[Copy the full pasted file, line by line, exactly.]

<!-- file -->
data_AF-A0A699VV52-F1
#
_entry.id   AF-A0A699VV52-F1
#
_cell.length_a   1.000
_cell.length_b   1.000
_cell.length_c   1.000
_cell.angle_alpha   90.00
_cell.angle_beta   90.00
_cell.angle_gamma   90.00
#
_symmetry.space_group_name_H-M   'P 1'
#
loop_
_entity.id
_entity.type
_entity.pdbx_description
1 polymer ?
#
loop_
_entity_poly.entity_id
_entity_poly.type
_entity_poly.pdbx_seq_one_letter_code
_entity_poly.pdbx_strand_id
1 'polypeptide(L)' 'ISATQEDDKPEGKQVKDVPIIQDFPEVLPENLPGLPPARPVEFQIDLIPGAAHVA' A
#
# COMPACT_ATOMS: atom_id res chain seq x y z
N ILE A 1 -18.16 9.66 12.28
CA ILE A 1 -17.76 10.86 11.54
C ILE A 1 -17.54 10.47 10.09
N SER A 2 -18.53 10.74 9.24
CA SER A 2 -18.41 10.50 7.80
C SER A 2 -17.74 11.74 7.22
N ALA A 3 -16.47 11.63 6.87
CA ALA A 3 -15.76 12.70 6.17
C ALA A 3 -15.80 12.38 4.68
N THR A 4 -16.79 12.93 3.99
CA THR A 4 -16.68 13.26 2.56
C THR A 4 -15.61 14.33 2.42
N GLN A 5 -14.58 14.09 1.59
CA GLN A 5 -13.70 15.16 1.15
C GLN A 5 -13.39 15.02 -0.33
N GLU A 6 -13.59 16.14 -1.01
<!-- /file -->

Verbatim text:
data_AF-A0A699VV52-F1
#
_entry.id   AF-A0A699VV52-F1
#
_cell.length_a   1.000
_cell.length_b   1.000
_cell.length_c   1.000
_cell.angle_alpha   90.00
_cell.angle_beta   90.00
_cell.angle_gamma   90.00
#
_symmetry.space_group_name_H-M   'P 1'
#
loop_
_entity.id
_entity.type
_entity.pdbx_description
1 polymer ?
#
loop_
_entity_poly.entity_id
_entity_poly.type
_entity_poly.pdbx_seq_one_letter_code
_entity_poly.pdbx_strand_id
1 'polypeptide(L)' 'ISATQEDDKPEGKQVKDVPIIQDFPEVLPENLPGLPPARPVEFQIDLIPGAAHVA' A
#
# COMPACT_ATOMS: atom_id res chain seq x y z
N ILE A 1 -18.16 9.66 12.28
CA ILE A 1 -17.76 10.86 11.54
C ILE A 1 -17.54 10.47 10.09
N SER A 2 -18.53 10.74 9.24
CA SER A 2 -18.41 10.50 7.80
C SER A 2 -17.74 11.74 7.22
N ALA A 3 -16.47 11.63 6.87
CA ALA A 3 -15.76 12.70 6.17
C ALA A 3 -15.80 12.38 4.68
N THR A 4 -16.79 12.93 3.99
CA THR A 4 -16.68 13.26 2.56
C THR A 4 -15.61 14.33 2.42
N GLN A 5 -14.58 14.09 1.59
CA GLN A 5 -13.70 15.16 1.15
C GLN A 5 -13.39 15.02 -0.33
N GLU A 6 -13.59 16.14 -1.01